The interesting thing about this story, noting that General Motors has unveiled a prototype electric car, the Chevrolet Volt, is the part about batteries. "GM hasn't given a date when consumers can buy the Volt because the advanced lithium-ion batteries needed to power the vehicles -- similar to technology used in cellphones -- are still years from widespread use in automobiles," according the the Washington Post story.
"Similar to technology used in cellphones." That's an interesting bit of technology crossover if it works. It strikes me -- I don't know all the details behind this development -- as an adaptation more likely to happen in a free economy rather than a planned economy. I've been fascinated by the capabilities of a cellphone, even though I use mine mostly to stay in touch with family. But the fact that they can pack Internet technology, a video camera, games and other cool stuff into such a small package is pretty neat. So who came up with the idea that a similar battery might be able to power a car (the battery problem -- they're clunky and heavy and take up a lot of room so far -- and the fact that they're more expensive, has deterred real progress toward consumer-friendly electric cars despite tax breaks and other inducements) with a similar battery? Colleagues probably told him or her it was a crazy idea at first. But not all crazy ideas turn out to be crazy.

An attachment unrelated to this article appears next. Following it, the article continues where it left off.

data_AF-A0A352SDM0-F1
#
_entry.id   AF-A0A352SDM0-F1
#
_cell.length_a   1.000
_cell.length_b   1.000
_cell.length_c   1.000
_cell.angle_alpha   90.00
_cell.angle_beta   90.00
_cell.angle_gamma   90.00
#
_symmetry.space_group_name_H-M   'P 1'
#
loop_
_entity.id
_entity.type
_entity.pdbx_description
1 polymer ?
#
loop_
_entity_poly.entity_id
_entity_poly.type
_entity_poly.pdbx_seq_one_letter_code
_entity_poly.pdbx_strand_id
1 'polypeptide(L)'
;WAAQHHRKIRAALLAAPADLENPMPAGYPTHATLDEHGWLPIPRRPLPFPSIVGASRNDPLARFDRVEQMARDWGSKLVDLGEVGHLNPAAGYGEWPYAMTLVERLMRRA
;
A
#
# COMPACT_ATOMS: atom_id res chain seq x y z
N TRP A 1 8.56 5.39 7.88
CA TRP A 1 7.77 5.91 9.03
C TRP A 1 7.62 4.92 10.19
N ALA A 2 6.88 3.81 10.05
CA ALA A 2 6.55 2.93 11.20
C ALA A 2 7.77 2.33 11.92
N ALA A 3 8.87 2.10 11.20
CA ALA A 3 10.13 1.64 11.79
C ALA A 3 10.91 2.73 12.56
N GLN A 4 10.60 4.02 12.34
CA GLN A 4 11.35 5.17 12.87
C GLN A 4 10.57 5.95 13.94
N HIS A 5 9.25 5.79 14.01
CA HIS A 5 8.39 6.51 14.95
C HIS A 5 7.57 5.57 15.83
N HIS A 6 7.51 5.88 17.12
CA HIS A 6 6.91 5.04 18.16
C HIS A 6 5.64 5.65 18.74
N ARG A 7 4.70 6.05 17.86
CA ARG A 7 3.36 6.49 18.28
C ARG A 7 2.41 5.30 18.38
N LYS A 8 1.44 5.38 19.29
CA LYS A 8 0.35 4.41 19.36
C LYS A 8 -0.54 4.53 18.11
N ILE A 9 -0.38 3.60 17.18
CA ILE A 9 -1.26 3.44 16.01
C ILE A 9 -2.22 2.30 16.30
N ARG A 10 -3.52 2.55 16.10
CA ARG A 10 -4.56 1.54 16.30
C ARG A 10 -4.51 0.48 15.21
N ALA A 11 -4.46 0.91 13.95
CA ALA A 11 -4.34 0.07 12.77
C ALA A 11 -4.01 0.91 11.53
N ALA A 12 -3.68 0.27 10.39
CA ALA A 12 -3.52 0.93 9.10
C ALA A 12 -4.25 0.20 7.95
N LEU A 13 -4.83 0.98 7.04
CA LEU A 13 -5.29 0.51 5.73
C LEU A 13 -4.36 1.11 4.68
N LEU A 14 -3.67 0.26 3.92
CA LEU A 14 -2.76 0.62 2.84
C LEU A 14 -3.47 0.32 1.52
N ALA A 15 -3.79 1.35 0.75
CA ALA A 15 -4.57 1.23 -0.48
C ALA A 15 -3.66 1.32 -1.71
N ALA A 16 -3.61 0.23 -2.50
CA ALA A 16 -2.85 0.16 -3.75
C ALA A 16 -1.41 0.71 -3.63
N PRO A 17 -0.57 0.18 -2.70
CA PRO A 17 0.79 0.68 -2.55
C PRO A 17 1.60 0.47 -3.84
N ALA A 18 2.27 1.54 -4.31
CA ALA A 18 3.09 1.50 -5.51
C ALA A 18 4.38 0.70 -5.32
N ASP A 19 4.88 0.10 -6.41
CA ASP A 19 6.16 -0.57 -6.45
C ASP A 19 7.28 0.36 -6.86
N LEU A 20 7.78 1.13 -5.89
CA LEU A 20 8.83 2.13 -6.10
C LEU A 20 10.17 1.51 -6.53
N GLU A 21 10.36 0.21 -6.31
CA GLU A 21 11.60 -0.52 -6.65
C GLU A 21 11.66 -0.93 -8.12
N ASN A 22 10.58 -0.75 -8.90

I wouldn't mind at all if somebody came up with a practical electric car. I drove a prototype somebody -- I think the electric company -- brought around to the paper 10 or 12 years ago, and while it didn't have much pick-up it negotiated city streets quite satisfactorily. But the battery took up a huge space and it was considerably more expensive than a comparable gasoline model. And it didn't catch on.
The advantage to leaving development to the private sector rather than having the government offer inducements like tax credits or development subsidies is that the necessity to make a profit tends to concentrate the mind on coming up with something consumers might actually want to buy for more than it costs to make it. Subsidies distort that equation and induce false signals.